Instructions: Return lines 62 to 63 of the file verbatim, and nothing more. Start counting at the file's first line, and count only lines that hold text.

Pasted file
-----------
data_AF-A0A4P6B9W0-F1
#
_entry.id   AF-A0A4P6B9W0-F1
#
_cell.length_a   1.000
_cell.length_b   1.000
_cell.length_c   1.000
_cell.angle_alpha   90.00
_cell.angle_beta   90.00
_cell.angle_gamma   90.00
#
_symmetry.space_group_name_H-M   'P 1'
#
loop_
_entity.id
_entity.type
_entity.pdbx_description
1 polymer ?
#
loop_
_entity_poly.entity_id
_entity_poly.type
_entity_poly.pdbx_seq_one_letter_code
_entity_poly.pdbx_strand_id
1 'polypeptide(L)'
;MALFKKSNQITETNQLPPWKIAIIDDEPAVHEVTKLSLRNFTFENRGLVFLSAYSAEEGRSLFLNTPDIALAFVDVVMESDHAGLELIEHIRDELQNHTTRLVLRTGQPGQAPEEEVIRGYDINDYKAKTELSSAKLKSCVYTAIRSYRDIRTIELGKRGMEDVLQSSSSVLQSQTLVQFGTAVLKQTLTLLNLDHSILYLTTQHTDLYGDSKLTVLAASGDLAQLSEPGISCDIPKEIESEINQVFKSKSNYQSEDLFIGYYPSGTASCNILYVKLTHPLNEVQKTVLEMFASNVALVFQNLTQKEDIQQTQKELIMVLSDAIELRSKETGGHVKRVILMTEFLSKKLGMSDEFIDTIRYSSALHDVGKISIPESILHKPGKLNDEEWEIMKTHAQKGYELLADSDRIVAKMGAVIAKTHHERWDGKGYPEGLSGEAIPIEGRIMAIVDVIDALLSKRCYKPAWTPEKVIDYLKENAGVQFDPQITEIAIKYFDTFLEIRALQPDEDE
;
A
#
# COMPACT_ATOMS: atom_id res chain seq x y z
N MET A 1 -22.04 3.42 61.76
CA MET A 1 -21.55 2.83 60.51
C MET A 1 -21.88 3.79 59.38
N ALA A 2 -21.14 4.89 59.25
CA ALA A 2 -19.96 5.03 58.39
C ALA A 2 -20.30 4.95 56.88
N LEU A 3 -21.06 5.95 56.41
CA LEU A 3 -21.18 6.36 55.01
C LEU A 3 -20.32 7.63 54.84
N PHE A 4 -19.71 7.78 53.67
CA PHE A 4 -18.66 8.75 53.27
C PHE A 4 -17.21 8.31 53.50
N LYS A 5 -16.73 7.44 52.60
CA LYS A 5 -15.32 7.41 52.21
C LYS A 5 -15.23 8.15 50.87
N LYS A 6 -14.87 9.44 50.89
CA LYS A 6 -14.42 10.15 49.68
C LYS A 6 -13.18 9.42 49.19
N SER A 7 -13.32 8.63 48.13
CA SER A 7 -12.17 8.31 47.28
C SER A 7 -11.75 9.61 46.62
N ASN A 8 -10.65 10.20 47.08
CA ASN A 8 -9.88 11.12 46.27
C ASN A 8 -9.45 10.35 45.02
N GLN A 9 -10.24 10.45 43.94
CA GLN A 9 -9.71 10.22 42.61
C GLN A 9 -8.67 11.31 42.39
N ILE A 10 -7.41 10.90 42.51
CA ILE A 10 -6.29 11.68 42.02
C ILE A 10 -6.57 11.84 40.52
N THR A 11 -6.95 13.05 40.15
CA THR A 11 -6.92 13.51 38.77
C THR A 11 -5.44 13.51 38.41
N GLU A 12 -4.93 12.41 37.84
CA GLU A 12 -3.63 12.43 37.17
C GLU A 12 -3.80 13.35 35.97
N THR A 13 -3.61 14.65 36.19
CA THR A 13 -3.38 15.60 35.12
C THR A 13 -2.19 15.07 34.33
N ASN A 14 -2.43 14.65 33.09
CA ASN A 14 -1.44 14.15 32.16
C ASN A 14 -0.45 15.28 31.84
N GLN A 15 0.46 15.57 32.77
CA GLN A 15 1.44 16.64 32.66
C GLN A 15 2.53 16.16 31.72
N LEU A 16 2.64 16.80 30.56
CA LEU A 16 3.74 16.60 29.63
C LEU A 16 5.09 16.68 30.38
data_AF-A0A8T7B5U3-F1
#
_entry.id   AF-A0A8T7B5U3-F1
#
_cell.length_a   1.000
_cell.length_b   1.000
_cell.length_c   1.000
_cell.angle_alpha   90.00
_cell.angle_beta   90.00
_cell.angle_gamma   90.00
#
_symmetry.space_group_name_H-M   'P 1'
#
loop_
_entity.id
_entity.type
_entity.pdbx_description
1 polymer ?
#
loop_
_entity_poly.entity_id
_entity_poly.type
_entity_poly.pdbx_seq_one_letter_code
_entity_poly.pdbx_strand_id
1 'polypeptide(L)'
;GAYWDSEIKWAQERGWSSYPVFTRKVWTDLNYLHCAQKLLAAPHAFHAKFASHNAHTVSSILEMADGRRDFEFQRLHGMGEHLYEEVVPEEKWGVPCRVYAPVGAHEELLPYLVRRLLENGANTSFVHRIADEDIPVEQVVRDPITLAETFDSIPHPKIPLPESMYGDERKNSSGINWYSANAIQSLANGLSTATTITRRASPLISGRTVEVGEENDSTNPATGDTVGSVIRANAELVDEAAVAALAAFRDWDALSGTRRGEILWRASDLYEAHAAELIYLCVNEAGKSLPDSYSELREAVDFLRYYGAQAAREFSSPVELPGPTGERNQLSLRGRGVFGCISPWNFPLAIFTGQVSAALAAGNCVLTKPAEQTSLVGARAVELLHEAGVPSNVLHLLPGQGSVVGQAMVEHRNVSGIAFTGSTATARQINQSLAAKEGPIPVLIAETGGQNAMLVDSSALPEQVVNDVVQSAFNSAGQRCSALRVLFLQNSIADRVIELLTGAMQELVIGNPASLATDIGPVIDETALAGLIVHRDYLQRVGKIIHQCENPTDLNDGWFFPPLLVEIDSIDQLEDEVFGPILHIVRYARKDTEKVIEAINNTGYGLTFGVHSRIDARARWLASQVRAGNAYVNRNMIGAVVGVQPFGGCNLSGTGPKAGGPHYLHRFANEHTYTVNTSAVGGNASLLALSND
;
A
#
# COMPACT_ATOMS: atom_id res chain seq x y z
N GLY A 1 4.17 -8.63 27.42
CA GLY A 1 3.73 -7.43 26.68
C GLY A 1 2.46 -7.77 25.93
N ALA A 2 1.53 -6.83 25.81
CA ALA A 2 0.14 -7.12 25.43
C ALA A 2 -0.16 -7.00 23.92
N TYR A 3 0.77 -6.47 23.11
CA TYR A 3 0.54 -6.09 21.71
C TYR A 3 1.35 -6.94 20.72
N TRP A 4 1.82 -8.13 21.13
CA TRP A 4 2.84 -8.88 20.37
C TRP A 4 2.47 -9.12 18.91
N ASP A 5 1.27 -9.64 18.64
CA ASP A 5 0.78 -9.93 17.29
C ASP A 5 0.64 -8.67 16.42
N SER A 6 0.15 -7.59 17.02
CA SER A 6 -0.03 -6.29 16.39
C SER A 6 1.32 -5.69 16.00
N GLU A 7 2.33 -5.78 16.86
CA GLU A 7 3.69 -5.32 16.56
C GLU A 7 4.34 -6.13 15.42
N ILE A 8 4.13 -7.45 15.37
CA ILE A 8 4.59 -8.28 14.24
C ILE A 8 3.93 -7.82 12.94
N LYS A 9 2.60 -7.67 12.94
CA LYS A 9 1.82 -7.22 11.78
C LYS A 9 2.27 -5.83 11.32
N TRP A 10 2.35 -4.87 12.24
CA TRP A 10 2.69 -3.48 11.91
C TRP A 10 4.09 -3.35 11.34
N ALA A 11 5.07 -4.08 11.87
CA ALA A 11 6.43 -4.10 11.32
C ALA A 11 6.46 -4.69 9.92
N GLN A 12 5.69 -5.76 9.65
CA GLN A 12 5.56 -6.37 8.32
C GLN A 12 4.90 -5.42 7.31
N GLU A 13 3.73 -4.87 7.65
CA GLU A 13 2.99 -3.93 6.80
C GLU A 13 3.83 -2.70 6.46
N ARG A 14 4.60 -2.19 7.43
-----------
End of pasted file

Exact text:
CA THR A 11 -6.92 13.51 38.77
C THR A 11 -5.44 13.51 38.41